The book Nina was looking for was on the list. Nina had read all the Heebus books by Ima Rider. Who is Heebus?, Heebus Hugs a Hounddog, and Hello Heebus, the books were hilarious and found Heebus in the most extraordinary situations a twelve-year-old girl could endure while living with her grandmother and younger brother in an old firehouse in the big city.

            Nina leaned in with her nose squishing on the window because she thought she might be able to read the tiny yellow sticker which had the price listed next to the title. Nina had saved 85 cents. She had never purchased a book before because she had the library and her one new book from her great-aunt. There was a first time for everything and she could probably convince her mother that since she would be reading, technically it was an educational acquisition.

          While daydreaming about the book, Nina heard the screech of tires and brakes. She twisted abruptly to have a look out on to Plain Avenue. As she turned her practice books flipped upward and out of her arms and flew open on the sidewalk. As she bent and fumbled to reach the books she spied the approaching “just shined” orthopedic black shoes and bottom edge of a nun’s habit approaching from the store. Nina glanced up. It was Sister Melodé Byrd, the music teacher. Sister Melodé Byrd, was a younger nun with a lovely French accent.

          Nina retrieved the practice book to the safety of her arms.

            “Bon après-midi Sister,” Nina greeted politely knowing Sister would appreciate the use of French in her afternoon greeting.

            “Same to you dear,” Sister Byrd replied with her beautiful melodic way. “Are you going into the Bimble’s or just shopping the window?”

            Nina chuckled to herself at the noun-verb confusion “Oh, just window shopping, Sister.”

            “What looks good?”

            “Well, I just noticed Holiday for Heebus by Ima Rider on the new arrivals list,” Nina said excitedly.

            “I have not heard of that book, but your voice tells me you cannot wait to have your copy.”

            “I ‘ve been saving my money, but I’m not quite there yet,” Nina despaired as she glimpsed back to the sign in the window.

            “Bonne chance, dear,” Sister Byrd wished as she headed off down Plain Avenue.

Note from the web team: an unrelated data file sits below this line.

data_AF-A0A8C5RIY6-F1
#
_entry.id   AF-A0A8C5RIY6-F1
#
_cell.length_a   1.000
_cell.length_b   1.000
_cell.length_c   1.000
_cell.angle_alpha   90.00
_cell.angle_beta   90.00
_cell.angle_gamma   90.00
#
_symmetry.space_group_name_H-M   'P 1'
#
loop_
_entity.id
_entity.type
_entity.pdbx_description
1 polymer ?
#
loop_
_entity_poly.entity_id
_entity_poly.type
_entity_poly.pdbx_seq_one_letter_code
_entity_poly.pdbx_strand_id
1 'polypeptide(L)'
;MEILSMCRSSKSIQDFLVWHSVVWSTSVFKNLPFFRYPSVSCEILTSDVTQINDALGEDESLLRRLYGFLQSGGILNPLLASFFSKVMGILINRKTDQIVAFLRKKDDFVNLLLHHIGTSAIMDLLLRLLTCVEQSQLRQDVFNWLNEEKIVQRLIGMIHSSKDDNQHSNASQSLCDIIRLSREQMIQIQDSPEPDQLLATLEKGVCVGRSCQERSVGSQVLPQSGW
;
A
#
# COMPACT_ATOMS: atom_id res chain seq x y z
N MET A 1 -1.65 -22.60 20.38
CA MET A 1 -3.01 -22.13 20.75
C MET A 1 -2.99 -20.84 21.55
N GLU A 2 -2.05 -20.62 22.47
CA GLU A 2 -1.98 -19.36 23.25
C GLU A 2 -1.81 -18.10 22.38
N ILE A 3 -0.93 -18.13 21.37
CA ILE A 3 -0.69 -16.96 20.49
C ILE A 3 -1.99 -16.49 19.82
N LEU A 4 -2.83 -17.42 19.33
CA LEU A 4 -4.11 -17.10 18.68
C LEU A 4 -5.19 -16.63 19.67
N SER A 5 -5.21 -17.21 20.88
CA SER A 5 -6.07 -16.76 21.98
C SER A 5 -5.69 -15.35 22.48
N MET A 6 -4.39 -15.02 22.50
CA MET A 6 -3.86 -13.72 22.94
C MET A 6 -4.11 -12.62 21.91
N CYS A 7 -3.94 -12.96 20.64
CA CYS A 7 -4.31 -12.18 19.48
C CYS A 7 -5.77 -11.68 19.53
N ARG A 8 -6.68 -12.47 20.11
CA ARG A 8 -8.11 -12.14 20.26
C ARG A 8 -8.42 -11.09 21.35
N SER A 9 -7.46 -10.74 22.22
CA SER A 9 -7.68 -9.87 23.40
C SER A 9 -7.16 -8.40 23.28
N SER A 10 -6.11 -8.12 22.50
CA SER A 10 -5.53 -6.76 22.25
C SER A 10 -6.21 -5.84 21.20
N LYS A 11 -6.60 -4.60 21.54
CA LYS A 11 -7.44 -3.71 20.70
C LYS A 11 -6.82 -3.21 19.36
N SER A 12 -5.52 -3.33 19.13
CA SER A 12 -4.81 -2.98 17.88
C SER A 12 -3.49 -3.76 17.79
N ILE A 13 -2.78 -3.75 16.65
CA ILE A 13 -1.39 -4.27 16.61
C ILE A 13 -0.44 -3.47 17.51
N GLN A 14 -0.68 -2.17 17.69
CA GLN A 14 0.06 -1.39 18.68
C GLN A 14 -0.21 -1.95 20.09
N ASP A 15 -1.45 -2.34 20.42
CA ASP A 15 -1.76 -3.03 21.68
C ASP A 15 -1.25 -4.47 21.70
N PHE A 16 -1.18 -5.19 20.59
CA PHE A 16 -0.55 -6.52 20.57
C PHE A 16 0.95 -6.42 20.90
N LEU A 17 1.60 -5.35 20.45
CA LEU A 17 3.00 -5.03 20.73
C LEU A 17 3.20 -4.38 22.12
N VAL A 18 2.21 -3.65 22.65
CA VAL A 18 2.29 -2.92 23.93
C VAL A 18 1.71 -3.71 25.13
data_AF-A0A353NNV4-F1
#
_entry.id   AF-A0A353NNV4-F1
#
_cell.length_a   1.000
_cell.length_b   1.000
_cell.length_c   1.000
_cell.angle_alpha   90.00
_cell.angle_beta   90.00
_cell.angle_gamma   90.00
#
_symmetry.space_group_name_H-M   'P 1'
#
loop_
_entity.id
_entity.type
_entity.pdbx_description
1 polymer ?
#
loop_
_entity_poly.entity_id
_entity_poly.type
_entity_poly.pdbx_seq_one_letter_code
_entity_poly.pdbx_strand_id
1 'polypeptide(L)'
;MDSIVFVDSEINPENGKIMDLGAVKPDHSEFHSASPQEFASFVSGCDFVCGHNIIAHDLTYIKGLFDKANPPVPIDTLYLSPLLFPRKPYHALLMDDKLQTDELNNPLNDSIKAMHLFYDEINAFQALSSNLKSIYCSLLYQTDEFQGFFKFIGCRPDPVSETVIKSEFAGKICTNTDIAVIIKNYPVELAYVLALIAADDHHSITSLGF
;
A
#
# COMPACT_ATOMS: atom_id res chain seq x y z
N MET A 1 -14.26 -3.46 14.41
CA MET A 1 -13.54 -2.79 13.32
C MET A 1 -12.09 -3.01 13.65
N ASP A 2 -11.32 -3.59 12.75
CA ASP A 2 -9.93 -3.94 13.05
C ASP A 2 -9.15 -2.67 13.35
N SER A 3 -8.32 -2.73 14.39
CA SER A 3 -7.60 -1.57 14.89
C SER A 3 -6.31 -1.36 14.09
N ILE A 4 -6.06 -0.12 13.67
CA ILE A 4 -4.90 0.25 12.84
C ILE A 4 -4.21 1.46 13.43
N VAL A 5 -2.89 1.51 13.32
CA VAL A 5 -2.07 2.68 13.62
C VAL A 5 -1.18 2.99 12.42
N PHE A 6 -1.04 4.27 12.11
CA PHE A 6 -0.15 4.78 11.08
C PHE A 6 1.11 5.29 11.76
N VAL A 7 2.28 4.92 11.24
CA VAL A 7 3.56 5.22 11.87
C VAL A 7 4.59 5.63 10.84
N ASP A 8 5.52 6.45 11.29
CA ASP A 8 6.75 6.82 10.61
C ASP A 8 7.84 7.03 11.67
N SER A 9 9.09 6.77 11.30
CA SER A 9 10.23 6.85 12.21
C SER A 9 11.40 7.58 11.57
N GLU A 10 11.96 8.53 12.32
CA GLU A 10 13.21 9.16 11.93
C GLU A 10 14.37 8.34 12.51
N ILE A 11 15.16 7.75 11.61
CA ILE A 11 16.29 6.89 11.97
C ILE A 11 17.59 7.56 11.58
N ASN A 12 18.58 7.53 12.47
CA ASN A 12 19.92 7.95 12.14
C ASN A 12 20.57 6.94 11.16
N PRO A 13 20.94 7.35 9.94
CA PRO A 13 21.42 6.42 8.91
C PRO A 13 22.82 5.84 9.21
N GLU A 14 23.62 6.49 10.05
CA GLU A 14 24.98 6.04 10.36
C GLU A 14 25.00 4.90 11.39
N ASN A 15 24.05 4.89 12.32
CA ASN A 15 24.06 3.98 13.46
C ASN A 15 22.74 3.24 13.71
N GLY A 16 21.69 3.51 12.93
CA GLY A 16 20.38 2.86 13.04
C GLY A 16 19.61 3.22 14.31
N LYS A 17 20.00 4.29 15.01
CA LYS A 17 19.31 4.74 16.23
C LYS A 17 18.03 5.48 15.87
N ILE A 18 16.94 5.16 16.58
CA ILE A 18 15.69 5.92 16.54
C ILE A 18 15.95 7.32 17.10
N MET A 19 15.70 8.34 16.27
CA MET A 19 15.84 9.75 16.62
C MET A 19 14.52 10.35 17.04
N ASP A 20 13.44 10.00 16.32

As Nina remembered that day, she stared down at the book that Sister Wanda Reed placed in her hands. She couldn’t believe that Sister Melodé Byrd was the “little birdie” that Sister Wanda Reed had alluded. Nina would be the first in her class to read the book and the anticipation was unbearable.

            Nina was sniffing back the tears. She had no idea that Sister Wanda Reed could be so kind and thoughtful. None of the legends of Sister Wand Reed included acts of kindness, compassion, empathy and so on. Certainly, the liberation of Roy and Lewis would change everyone’s impression of Sister Wanda Reed from ruthless to noble.

            Nina did love to read and it was clear that Sister had seen that quality in her. There were many times when she was admonished for not paying attention in class because she had a book tucked in her desk and tilted on her lap reading.

            “Sister, I don’t know what to say,” she said stumbling to find the right words.

            This was the best day ever and it wasn’t even Christmas. Out of the blue, and intending to give Sister a big hug; she sprang toward the nun in the chair. With both arms flailing, Nina pushed on the arms of the wheeled chair. The chair flew back; Nina missed completely and fell to the floor. Holiday for Heebus landed in Sister Wanda Reed’s lap.

            A somewhat stunned, Sister Wanda Reed lifted the book from her lap and made eye contact with Nina splayed out on the floor. As she extended the book to the mortified girl below her, she said, “Nina if you don’t want the book, all you had to do was say, no thank you, Sister.”

            Completely embarrassed, Nina rose from her unfortunate mishap. She tugged to straighten her uniform jumper, pulled her blue knee socks up and reaching for the book she said, “Sister, thank you so much, I’ll read this book upon your recommendation and just make my way back to class. Have a nice day.”

            “You’re welcome, Nina. Please apologize to Sister Anita about keeping you so long,” Sister Wanda Reed chuckled.

            With book in hand, Nina twirled around salvaging the tiniest amount of dignity that remained and walked through the library and straight out the door. The events in the library would definitely be the chatter for the rest of the day.